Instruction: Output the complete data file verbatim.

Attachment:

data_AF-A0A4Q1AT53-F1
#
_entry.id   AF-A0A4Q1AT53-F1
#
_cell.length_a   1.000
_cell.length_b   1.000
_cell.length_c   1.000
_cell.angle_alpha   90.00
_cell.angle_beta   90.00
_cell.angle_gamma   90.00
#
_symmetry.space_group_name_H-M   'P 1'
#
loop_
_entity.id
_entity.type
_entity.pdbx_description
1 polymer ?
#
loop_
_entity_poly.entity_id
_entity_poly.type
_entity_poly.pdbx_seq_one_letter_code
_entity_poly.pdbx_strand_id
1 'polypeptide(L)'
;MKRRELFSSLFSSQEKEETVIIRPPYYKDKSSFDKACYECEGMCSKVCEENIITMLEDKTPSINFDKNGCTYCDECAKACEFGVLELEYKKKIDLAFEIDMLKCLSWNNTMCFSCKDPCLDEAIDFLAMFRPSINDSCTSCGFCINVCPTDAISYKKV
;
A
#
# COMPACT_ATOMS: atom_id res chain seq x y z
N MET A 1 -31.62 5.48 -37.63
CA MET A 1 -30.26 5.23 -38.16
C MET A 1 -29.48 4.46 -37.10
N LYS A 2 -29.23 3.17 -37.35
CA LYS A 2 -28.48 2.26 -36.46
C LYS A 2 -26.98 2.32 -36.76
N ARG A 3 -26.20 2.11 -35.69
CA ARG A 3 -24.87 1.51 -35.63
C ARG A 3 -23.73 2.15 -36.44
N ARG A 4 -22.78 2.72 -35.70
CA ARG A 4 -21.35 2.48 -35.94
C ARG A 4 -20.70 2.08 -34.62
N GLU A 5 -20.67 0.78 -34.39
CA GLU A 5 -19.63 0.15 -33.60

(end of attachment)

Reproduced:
data_AF-A0A4Q1AT53-F1
#
_entry.id   AF-A0A4Q1AT53-F1
#
_cell.length_a   1.000
_cell.length_b   1.000
_cell.length_c   1.000
_cell.angle_alpha   90.00
_cell.angle_beta   90.00
_cell.angle_gamma   90.00
#
_symmetry.space_group_name_H-M   'P 1'
#
loop_
_entity.id
_entity.type
_entity.pdbx_description
1 polymer ?
#
loop_
_entity_poly.entity_id
_entity_poly.type
_entity_poly.pdbx_seq_one_letter_code
_entity_poly.pdbx_strand_id
1 'polypeptide(L)'
;MKRRELFSSLFSSQEKEETVIIRPPYYKDKSSFDKACYECEGMCSKVCEENIITMLEDKTPSINFDKNGCTYCDECAKACEFGVLELEYKKKIDLAFEIDMLKCLSWNNTMCFSCKDPCLDEAIDFLAMFRPSINDSCTSCGFCINVCPTDAISYKKV
;
A
#
# COMPACT_ATOMS: atom_id res chain seq x y z
N MET A 1 -31.62 5.48 -37.63
CA MET A 1 -30.26 5.23 -38.16
C MET A 1 -29.48 4.46 -37.10
N LYS A 2 -29.23 3.17 -37.35
CA LYS A 2 -28.48 2.26 -36.46
C LYS A 2 -26.98 2.32 -36.76
N ARG A 3 -26.20 2.11 -35.69
CA ARG A 3 -24.87 1.51 -35.63
C ARG A 3 -23.73 2.15 -36.44
N ARG A 4 -22.78 2.72 -35.70
CA ARG A 4 -21.35 2.48 -35.94
C ARG A 4 -20.70 2.08 -34.62
N GLU A 5 -20.67 0.78 -34.39
CA GLU A 5 -19.63 0.15 -33.60